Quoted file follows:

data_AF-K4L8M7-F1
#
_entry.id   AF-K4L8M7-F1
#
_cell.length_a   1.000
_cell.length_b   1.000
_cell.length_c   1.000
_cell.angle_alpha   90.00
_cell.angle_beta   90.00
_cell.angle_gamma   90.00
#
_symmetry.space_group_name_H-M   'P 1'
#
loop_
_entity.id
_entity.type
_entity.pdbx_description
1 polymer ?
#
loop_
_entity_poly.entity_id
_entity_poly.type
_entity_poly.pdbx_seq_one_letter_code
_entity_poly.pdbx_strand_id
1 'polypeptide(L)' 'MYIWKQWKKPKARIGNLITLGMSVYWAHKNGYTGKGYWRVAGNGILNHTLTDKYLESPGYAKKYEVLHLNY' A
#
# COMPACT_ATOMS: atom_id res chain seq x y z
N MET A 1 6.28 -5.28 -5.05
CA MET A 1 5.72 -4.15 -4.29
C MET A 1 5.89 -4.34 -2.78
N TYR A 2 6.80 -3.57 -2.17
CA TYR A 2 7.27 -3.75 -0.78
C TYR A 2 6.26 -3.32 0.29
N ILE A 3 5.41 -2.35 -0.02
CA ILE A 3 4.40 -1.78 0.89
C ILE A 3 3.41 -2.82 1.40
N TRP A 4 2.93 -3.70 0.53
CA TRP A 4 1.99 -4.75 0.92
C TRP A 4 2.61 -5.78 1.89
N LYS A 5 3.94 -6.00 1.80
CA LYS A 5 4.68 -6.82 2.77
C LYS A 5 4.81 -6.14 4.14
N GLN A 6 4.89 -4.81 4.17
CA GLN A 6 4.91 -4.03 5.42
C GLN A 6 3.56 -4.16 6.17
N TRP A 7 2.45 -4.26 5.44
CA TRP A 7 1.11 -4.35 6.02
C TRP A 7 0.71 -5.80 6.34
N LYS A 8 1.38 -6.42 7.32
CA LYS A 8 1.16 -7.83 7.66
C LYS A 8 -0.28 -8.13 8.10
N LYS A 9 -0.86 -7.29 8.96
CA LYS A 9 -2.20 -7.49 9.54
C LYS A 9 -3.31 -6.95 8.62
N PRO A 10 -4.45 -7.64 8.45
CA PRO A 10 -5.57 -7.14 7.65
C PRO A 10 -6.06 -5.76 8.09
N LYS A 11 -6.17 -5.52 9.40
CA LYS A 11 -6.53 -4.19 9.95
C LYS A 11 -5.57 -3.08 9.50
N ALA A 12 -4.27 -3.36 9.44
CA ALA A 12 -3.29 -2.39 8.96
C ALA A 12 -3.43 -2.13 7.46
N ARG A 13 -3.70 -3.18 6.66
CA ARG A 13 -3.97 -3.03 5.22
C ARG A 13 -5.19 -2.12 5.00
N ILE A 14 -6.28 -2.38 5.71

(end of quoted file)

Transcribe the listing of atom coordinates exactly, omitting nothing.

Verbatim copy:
data_AF-K4L8M7-F1
#
_entry.id   AF-K4L8M7-F1
#
_cell.length_a   1.000
_cell.length_b   1.000
_cell.length_c   1.000
_cell.angle_alpha   90.00
_cell.angle_beta   90.00
_cell.angle_gamma   90.00
#
_symmetry.space_group_name_H-M   'P 1'
#
loop_
_entity.id
_entity.type
_entity.pdbx_description
1 polymer ?
#
loop_
_entity_poly.entity_id
_entity_poly.type
_entity_poly.pdbx_seq_one_letter_code
_entity_poly.pdbx_strand_id
1 'polypeptide(L)' 'MYIWKQWKKPKARIGNLITLGMSVYWAHKNGYTGKGYWRVAGNGILNHTLTDKYLESPGYAKKYEVLHLNY' A
#
# COMPACT_ATOMS: atom_id res chain seq x y z
N MET A 1 6.28 -5.28 -5.05
CA MET A 1 5.72 -4.15 -4.29
C MET A 1 5.89 -4.34 -2.78
N TYR A 2 6.80 -3.57 -2.17
CA TYR A 2 7.27 -3.75 -0.78
C TYR A 2 6.26 -3.32 0.29
N ILE A 3 5.41 -2.35 -0.02
CA ILE A 3 4.40 -1.78 0.89
C ILE A 3 3.41 -2.82 1.40
N TRP A 4 2.93 -3.70 0.53
CA TRP A 4 1.99 -4.75 0.92
C TRP A 4 2.61 -5.78 1.89
N LYS A 5 3.94 -6.00 1.80
CA LYS A 5 4.68 -6.82 2.77
C LYS A 5 4.81 -6.14 4.14
N GLN A 6 4.89 -4.81 4.17
CA GLN A 6 4.91 -4.03 5.42
C GLN A 6 3.56 -4.16 6.17
N TRP A 7 2.45 -4.26 5.44
CA TRP A 7 1.11 -4.35 6.02
C TRP A 7 0.71 -5.80 6.34
N LYS A 8 1.38 -6.42 7.32
CA LYS A 8 1.16 -7.83 7.66
C LYS A 8 -0.28 -8.13 8.10
N LYS A 9 -0.86 -7.29 8.96
CA LYS A 9 -2.20 -7.49 9.54
C LYS A 9 -3.31 -6.95 8.62
N PRO A 10 -4.45 -7.64 8.45
CA PRO A 10 -5.57 -7.14 7.65
C PRO A 10 -6.06 -5.76 8.09
N LYS A 11 -6.17 -5.52 9.40
CA LYS A 11 -6.53 -4.19 9.95
C LYS A 11 -5.57 -3.08 9.50
N ALA A 12 -4.27 -3.36 9.44
CA ALA A 12 -3.29 -2.39 8.96
C ALA A 12 -3.43 -2.13 7.46
N ARG A 13 -3.70 -3.18 6.66
CA ARG A 13 -3.97 -3.03 5.22
C ARG A 13 -5.19 -2.12 5.00
N ILE A 14 -6.28 -2.38 5.71